St. Joseph Catholic Church, Clayton MO

106 N. Meramec Avenue – Clayton MO 63105 – Parish Office (314) 726-1221


Notes From The Pastor’s Pen – December 8, 2019

Our Lady of Guadalupe
December 12

“Hear me, my littlest one. Let nothing discourage you, nothing depress you. Let nothing alter your heart or your countenance… Am I not your mother? Are you not under the protection of my mantle?” ~Our Lady to Saint Juan Diego

“In accepting the Christian message without forgoing his indigenous identity, Juan Diego discovered the profound truth of the new humanity, in which all are called to be children of God. Thus he facilitated the fruitful meeting of two worlds and became the catalyst for the new Mexican identity, closely united to Our Lady of Guadalupe, whose mestizo face expresses her spiritual motherhood which embraces all Mexicans.” ~John Paul II

How well Mary’s own words describe Juan Diego: “God has cast down the mighty from their thrones and lifted up the lowly” (Luke 1:52). Through him, for the diverse peoples of the Americas, indigenous and immigrant, the Mother of God became known as their Mother, too. Cuauhtlatzin, his given name, means “One Who Speaks Like an Eagle,” and Juan Diego faithfully delivered the Virgin’s request that a church be built at Tepeyac where she had appeared to him. To the skeptical bishop’s request for a sign, Our Lady showed Juan Diego roses blooming through stony ground, despite winter’s cold. When he unfolded his tilma to present them to the bishop, imprinted there was Mary’s image! Her blue sash and the flower over her womb were traditional Aztec symbols of pregnancy and new life. But her features were those of a mestiza, indicating mixed Aztec-European heritage. Thus to peoples too easily prone to a “clash of cultures,” Our Lady of Guadalupe remains the enduring icon of unity-in-diversity, the fruit of our one baptism into Jesus, her Son. ~Peter Scagnelli, © J. S. Paluch Co.


Notes From The Pastor’s Pen – December 1, 2019

Dear friends,

Today we celebrate the First Sunday of Advent and so begin our journey to the celebration of the Solemnity of Christmas.

Interestingly enough, the first use of the English word “advent” was in the year 1742 and meant “important arrival” (“advent,” Online Etymology Dictionary). This definition, “important arrival,” beautifully gets at the heart of the meaning of the season, as its purpose is to help us prepare spiritually for the important arrival of Christ.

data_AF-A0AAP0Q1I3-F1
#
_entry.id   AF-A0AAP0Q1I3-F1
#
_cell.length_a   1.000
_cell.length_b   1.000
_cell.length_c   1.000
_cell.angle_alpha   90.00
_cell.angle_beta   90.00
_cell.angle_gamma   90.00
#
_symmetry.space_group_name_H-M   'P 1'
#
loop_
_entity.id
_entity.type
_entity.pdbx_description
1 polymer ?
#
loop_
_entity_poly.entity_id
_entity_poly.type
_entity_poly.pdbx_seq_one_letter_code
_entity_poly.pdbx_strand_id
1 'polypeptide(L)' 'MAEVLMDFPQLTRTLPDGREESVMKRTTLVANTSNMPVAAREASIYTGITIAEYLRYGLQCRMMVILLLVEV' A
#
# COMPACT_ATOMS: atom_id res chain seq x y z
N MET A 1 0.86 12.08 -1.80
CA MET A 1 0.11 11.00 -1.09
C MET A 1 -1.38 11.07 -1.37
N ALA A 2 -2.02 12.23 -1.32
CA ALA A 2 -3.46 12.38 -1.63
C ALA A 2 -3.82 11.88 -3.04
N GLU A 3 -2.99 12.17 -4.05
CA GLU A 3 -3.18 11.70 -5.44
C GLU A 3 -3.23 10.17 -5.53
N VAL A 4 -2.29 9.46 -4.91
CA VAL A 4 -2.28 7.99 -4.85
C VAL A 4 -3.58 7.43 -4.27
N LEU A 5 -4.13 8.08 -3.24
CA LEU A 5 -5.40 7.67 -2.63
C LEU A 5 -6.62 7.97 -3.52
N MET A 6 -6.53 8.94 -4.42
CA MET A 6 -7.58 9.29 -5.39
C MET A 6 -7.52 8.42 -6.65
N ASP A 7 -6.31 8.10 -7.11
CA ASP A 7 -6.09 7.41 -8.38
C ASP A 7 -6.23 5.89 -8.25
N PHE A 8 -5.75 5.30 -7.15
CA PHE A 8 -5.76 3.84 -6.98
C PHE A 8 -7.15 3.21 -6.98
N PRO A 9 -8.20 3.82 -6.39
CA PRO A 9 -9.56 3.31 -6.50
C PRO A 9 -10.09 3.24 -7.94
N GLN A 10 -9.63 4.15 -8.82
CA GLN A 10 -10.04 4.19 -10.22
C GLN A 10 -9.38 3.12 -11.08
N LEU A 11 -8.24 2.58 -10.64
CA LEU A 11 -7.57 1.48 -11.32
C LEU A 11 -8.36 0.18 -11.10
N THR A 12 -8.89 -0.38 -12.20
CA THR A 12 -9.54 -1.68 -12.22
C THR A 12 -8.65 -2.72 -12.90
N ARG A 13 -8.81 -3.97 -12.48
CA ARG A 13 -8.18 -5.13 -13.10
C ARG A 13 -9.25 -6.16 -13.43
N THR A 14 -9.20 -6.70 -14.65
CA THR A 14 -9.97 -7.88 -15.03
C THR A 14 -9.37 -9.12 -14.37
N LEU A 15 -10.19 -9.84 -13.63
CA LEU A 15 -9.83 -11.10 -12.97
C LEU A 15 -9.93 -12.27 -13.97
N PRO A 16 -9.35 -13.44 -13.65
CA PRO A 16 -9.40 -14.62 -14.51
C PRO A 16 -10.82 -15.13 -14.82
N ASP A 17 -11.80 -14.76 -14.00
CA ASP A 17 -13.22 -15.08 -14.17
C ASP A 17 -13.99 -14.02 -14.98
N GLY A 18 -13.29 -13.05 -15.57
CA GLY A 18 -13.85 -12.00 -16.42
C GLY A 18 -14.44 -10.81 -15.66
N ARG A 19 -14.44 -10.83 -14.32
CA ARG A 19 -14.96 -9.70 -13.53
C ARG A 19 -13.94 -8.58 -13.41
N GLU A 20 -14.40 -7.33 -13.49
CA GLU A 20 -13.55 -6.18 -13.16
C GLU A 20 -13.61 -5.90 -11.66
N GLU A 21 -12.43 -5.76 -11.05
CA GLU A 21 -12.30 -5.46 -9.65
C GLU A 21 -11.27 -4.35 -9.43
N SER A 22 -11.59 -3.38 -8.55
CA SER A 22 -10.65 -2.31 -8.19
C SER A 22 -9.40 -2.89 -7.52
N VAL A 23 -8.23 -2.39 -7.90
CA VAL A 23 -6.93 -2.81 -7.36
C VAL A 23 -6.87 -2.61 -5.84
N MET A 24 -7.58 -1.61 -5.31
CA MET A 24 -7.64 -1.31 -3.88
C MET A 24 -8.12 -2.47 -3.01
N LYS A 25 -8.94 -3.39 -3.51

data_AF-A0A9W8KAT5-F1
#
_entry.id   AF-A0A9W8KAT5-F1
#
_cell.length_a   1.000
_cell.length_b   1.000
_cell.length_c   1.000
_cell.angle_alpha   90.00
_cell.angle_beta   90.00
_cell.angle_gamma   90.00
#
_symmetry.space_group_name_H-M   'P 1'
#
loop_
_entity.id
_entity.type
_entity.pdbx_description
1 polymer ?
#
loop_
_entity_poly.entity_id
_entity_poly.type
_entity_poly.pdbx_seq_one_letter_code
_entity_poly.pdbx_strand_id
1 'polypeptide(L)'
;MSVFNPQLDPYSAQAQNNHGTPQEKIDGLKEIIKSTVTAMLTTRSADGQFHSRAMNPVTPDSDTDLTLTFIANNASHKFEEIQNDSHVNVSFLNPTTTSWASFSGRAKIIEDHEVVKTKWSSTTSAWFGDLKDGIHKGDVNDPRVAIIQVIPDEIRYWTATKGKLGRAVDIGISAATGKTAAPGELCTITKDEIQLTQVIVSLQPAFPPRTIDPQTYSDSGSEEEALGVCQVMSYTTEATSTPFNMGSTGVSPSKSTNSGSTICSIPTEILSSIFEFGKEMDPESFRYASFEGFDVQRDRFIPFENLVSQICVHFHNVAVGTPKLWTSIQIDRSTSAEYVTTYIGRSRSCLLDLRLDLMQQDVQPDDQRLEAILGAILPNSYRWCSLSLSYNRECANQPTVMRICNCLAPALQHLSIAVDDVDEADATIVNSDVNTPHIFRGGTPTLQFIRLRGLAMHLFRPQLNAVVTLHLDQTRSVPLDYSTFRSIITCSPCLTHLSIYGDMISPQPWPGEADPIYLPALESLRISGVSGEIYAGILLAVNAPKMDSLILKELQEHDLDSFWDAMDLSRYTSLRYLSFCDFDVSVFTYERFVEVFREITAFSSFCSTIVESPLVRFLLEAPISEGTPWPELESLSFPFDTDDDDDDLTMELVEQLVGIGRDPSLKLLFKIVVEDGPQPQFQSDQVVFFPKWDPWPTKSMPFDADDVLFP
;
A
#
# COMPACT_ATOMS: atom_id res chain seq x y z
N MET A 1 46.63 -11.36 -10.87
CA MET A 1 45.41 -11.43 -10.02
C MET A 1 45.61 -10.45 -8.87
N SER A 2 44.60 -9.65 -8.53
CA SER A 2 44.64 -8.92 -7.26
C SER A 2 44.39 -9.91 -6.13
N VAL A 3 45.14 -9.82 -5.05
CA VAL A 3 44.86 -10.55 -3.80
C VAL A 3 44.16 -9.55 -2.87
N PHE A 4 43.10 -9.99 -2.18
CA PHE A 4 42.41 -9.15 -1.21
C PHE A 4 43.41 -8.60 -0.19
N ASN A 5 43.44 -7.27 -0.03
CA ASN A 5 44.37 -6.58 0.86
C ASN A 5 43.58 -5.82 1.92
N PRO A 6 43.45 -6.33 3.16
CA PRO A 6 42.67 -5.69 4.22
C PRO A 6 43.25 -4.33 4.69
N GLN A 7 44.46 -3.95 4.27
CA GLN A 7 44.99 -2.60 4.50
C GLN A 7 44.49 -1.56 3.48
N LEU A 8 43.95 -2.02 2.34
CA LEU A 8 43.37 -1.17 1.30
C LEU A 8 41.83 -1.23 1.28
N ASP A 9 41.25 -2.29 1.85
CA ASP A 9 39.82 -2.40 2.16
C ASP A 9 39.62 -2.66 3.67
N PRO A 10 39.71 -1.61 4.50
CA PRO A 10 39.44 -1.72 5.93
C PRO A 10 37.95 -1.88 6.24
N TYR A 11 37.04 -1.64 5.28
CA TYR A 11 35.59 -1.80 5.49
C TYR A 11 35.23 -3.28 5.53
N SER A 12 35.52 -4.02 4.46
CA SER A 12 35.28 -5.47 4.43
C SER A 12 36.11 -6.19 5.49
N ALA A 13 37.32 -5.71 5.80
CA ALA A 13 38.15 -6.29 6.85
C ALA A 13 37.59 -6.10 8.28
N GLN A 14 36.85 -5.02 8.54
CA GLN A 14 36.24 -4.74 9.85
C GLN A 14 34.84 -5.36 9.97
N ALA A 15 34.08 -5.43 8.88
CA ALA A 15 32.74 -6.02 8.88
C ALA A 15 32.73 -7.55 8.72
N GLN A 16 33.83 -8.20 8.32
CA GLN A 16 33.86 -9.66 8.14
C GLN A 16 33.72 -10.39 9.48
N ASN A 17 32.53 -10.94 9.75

The season of Advent invites us to reflect upon the fact that Christ came among us in history a little over two thousand years ago, that He remains with us now especially through His Church and the Sacraments, above all in the Holy Eucharist, and that He will one day come again in glory, the day nor the hour we do not know.

During the four weeks of Advent, we are invited to reflect prayerfully on our lives at the present time and ask ourselves where we would like to be by the time Christmas arrives. There are many opportunities to draw closer to the Lord Jesus at this time. Here I think of devoting ourselves more fully to daily prayer, participation in daily Mass, visits to the Most Blessed Sacrament, reception of the Sacrament of Reconciliation, and extending ourselves more fully to others.

The Lord Jesus wants all of us to enter more fully into His life. My hope and prayer is that each of us comes to a greater acceptance of His invitation, so that by Christmas we will have a greater appreciation of the fact that God is with us through His Son who brings us His life.

In Christ,
Father Bené


Notes From The Pastor’s Pen – November 24, 2019

Dear friends,

This Thursday we commemorate the civic holiday of Thanksgiving and so give thanks to God for all the blessings that He has bestowed upon us. We call to mind His gifts of love which are countless and His goodness which is infinite.

As those who live in this country, we continue this important annual tradition dating back to the year 1621 when the 50 Pilgrims celebrated a three day harvest festival with 90 members of the Wampanoag Indian tribe. Edward Winslow, one of the senior leaders of the Plymouth Colony who was present for the event, described it thus:

Our harvest being gotten in, our governor sent four men on fowling, that so we might after a special manner rejoice together after we had gathered the fruits of our labor. They four in one day killed as much fowl as, with a little help beside, served the company almost a week. At which time, amongst other recreations, we exercised our arms, many of the Indians coming amongst us, and among the rest their greatest king Massasoit, with some ninety men, whom for three days we entertained and feasted, and they went out and killed five deer, which we brought to the plantation…. And although it be not always so plentiful as it was at this time with us, yet by the goodness of God, we are so far from want that we often wish you partakers of our plenty (Mourt’s Relation, by Henry Martyn Dexter [1865]).

We thank God for His kindness and ask Him to open our hearts to have concern for every man, woman, and child. Here I think of anyone who may feel lonely or excluded at this time of the year.

God has entrusted to us the great gift of freedom, a gift that calls forth responsibility and commitment to the truth that all have a fundamental dignity before Him. We therefore ask Him to help us reach out in love to all His people.

May the Lord Jesus bless you and your loved ones in a special way, and may you always know His love and peace and joy.

In Christ,
Father Bené